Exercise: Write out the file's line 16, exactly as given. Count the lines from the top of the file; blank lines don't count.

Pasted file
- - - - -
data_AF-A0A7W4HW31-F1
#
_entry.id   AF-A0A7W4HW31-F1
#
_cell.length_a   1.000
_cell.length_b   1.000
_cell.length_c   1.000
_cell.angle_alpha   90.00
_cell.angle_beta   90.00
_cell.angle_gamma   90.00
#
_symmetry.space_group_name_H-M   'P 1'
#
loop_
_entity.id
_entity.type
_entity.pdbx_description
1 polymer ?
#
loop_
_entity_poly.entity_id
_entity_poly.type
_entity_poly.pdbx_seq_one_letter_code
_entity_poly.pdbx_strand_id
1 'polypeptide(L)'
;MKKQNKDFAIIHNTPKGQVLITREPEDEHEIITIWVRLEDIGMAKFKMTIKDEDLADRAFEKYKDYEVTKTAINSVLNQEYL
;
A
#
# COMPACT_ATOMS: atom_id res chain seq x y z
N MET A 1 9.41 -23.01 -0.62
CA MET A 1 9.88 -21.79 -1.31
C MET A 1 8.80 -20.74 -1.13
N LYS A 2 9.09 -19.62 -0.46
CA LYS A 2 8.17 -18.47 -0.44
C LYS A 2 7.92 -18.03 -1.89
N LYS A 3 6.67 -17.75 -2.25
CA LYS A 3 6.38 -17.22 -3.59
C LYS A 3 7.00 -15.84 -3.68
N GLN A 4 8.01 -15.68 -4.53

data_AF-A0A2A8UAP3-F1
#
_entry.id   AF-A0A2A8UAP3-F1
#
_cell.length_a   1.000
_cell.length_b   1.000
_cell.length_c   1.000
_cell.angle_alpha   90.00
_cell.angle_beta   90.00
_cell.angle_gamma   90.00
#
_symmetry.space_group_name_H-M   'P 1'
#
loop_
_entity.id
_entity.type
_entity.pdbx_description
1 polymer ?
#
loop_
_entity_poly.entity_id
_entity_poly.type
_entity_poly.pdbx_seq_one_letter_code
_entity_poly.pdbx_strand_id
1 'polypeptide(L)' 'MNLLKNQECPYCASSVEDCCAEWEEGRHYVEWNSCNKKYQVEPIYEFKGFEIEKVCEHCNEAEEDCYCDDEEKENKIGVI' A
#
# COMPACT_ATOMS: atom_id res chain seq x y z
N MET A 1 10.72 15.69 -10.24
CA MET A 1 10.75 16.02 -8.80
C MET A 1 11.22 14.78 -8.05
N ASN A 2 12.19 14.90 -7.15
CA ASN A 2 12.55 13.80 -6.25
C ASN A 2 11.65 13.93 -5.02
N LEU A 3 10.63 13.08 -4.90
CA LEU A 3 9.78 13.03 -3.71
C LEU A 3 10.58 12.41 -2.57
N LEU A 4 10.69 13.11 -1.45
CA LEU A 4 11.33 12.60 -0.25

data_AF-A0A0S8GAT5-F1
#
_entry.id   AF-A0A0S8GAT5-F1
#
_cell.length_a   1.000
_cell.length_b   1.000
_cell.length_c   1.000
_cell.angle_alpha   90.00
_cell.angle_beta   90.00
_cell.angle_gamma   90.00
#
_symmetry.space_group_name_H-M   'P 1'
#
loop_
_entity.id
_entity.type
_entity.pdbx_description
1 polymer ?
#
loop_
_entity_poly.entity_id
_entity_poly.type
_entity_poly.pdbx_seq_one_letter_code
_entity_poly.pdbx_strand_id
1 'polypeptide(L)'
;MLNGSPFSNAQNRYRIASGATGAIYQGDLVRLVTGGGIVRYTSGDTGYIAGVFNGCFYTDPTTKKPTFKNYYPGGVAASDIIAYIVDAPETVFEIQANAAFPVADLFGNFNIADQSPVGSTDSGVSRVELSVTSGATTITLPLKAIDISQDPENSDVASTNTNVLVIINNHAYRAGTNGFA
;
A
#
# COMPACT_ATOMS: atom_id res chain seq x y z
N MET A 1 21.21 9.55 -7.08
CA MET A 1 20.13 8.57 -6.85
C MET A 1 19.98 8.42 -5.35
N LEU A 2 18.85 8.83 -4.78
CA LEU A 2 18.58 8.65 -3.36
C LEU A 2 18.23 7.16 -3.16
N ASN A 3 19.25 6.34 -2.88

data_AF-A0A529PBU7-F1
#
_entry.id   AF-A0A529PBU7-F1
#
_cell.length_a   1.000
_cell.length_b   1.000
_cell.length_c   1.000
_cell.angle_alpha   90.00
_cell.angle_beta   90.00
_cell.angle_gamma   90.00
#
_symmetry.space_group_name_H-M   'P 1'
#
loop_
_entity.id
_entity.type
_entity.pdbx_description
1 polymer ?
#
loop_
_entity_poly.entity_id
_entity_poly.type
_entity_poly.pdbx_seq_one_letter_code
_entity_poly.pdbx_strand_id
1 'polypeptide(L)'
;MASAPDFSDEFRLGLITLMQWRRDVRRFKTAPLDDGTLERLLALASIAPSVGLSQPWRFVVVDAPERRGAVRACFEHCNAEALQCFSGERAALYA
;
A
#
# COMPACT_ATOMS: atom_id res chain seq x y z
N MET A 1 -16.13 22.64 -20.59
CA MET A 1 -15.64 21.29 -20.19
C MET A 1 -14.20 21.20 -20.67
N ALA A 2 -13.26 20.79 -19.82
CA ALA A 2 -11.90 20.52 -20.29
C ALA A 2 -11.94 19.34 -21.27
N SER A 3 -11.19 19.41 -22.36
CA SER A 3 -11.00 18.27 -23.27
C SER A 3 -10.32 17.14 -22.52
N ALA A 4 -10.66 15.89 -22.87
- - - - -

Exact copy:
_entity.type